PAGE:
The effects of smoke-free legislation on acute myocardial infarction: a systematic review and meta-analysis
1 Guangdong Provincial Institute of Public Health, Guangzhou, China
2 Center for Disease Control and Prevention of Guangdong Province, Guangzhou, Guangdong, China
3 Qilu Hospital of Shandong University, Jinan, China
4 Department of neurology, Qilu Hospital of Shandong University, Jinan, China
5 The Jockey Club School of Public Health and Primary Care, The Chinese University of Hong Kong, Hong Kong, China
6 Shenzhen Municipal Key Laboratory for Health Risk Analysis, Shenzhen Research Institute of the Chinese University of Hong Kong, Shenzhen, China
Citation and License
BMC Public Health 2013, 13:529 doi:10.1186/1471-2458-13-529Published: 31 May 2013
Comprehensive smoke-free legislation has been implemented in many countries. The current study quantitatively examined the reduction in risk of acute myocardial infarction (MI) occurrence following the legislations and the relationship with the corresponding smoking prevalence decrease.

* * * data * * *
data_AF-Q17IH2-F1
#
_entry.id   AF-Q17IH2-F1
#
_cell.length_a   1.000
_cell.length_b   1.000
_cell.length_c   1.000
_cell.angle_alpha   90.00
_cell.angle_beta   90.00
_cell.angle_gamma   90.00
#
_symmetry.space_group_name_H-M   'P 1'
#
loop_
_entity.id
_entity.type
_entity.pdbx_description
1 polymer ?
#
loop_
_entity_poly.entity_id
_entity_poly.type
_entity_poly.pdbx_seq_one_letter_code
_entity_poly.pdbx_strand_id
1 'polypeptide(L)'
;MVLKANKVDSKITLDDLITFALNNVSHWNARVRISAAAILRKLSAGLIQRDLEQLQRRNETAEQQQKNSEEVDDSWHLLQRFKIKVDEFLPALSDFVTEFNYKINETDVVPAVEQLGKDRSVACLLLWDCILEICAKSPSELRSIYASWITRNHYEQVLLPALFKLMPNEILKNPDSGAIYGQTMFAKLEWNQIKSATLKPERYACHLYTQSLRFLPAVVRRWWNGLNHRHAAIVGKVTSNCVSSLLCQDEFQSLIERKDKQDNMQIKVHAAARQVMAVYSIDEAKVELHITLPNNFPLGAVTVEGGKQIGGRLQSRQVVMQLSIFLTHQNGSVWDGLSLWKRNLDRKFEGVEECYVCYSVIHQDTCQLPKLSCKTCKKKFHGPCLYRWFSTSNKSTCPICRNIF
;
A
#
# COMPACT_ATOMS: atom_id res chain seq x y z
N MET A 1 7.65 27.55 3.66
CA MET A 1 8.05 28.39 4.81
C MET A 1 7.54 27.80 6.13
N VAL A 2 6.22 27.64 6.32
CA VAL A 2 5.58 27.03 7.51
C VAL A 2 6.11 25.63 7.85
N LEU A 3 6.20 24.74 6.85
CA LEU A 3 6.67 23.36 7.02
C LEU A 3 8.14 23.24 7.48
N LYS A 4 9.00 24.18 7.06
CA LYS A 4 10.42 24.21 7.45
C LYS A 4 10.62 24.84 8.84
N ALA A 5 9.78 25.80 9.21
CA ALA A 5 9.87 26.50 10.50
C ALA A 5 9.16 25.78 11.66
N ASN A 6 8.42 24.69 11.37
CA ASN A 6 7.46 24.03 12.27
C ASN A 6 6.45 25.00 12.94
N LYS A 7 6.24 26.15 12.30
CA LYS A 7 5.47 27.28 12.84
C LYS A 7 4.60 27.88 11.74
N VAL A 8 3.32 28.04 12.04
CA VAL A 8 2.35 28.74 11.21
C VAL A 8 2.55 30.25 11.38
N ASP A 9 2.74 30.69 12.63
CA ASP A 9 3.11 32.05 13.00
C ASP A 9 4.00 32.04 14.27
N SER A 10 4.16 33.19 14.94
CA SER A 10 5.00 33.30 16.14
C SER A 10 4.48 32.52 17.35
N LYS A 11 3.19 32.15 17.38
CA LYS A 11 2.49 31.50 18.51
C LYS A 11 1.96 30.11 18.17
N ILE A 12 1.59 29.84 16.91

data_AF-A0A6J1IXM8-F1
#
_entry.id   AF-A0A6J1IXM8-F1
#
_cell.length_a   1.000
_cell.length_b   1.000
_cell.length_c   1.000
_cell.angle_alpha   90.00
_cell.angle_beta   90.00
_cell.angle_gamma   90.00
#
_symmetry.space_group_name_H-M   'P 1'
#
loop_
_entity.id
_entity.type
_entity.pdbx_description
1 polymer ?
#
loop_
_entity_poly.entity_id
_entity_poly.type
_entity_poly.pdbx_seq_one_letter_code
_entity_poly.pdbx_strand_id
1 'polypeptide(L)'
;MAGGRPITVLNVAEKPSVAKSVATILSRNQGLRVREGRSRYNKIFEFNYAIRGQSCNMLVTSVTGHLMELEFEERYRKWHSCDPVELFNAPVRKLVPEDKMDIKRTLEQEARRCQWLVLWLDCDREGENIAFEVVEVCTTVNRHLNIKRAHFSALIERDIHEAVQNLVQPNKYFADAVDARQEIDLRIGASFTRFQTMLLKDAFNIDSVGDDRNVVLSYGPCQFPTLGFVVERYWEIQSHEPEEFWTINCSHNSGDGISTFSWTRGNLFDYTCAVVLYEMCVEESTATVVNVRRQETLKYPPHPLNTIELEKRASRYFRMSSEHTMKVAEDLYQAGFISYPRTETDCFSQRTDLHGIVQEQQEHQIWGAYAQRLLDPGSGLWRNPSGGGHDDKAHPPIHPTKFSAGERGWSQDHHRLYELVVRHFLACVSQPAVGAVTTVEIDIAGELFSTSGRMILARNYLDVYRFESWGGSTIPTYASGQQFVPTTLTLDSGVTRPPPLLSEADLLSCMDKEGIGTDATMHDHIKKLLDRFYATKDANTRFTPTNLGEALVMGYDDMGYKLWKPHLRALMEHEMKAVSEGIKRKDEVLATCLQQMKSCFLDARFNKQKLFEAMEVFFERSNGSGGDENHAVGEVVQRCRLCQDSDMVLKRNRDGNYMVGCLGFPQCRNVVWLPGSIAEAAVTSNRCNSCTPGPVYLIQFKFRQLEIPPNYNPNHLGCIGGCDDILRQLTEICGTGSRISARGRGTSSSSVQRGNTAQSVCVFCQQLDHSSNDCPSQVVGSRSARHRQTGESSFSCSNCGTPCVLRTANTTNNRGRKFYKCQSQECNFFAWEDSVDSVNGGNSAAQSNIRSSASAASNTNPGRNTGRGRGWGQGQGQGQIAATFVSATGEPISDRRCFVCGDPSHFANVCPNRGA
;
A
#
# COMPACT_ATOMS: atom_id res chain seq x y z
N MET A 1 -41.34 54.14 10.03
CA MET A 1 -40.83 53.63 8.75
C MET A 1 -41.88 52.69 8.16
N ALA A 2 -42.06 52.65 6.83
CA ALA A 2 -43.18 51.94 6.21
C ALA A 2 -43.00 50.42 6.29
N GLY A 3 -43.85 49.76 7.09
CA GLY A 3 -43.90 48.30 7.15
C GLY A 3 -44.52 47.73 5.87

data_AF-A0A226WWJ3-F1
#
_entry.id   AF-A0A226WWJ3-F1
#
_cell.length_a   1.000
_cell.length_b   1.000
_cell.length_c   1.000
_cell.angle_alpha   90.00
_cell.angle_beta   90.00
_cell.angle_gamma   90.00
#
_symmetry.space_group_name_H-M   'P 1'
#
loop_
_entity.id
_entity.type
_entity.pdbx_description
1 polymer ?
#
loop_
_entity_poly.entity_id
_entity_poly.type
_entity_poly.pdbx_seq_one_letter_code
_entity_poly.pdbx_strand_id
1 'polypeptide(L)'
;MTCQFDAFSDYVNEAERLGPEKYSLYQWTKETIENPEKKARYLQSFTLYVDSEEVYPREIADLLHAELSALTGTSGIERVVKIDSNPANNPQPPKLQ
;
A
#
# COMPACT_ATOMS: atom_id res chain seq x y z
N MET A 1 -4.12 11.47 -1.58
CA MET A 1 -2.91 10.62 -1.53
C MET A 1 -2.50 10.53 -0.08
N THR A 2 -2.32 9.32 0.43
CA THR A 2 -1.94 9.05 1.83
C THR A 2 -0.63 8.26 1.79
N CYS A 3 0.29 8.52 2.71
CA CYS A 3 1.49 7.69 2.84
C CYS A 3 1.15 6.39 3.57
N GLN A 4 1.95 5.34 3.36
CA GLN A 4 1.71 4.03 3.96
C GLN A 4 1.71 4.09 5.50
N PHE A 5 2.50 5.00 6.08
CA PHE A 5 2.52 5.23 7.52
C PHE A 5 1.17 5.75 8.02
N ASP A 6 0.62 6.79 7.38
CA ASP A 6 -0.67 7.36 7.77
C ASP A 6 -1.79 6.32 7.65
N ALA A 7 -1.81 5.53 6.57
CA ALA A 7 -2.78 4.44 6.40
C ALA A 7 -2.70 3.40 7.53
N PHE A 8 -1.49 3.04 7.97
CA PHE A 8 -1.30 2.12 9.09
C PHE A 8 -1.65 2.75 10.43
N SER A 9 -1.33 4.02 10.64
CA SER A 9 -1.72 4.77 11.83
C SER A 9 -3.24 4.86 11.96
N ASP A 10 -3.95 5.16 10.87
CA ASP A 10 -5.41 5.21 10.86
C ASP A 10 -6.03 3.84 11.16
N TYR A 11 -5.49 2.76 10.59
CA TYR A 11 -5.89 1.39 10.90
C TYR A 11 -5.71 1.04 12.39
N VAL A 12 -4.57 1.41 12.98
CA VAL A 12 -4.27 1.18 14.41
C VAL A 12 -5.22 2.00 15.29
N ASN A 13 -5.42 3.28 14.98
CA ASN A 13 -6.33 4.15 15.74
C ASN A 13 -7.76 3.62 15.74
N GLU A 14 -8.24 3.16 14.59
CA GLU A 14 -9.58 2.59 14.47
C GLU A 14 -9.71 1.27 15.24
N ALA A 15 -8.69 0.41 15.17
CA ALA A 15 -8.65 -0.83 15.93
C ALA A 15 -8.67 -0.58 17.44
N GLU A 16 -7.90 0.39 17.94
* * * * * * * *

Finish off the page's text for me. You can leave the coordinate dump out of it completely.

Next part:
PubMed, EMBASE, and Google Scholar databases and bibliographies of relevant studies and reviews were searched for potential original studies published from January 1, 2004, through October 31, 2011. Meta-analysis was performed using a random effect model to estimate the overall effects of the smoking-free legislations. Meta-regression was used to investigate possible causes of heterogeneity in risk estimates.
A total of 18 eligible studies with 44 estimates of effect size were used in this study. Meta-analysis produced a pooled estimate of the relative risk of 0.87 (95% confidence interval (CI): 0.84 to 0.91). There was significant heterogeneity in the risk estimates (overall I2 = 96.03%, p<0.001). In meta-regression analysis, studies with greater smoking prevalence decrease produced larger relative risk (adjusted coefficient −0.027, 95% CI: -0.049 to −0.006, p=0.014).
Smoke-free legislations in public and work places were associated with significant reduction in acute MI risk, which might be partly attributable to reduced smoking prevalence.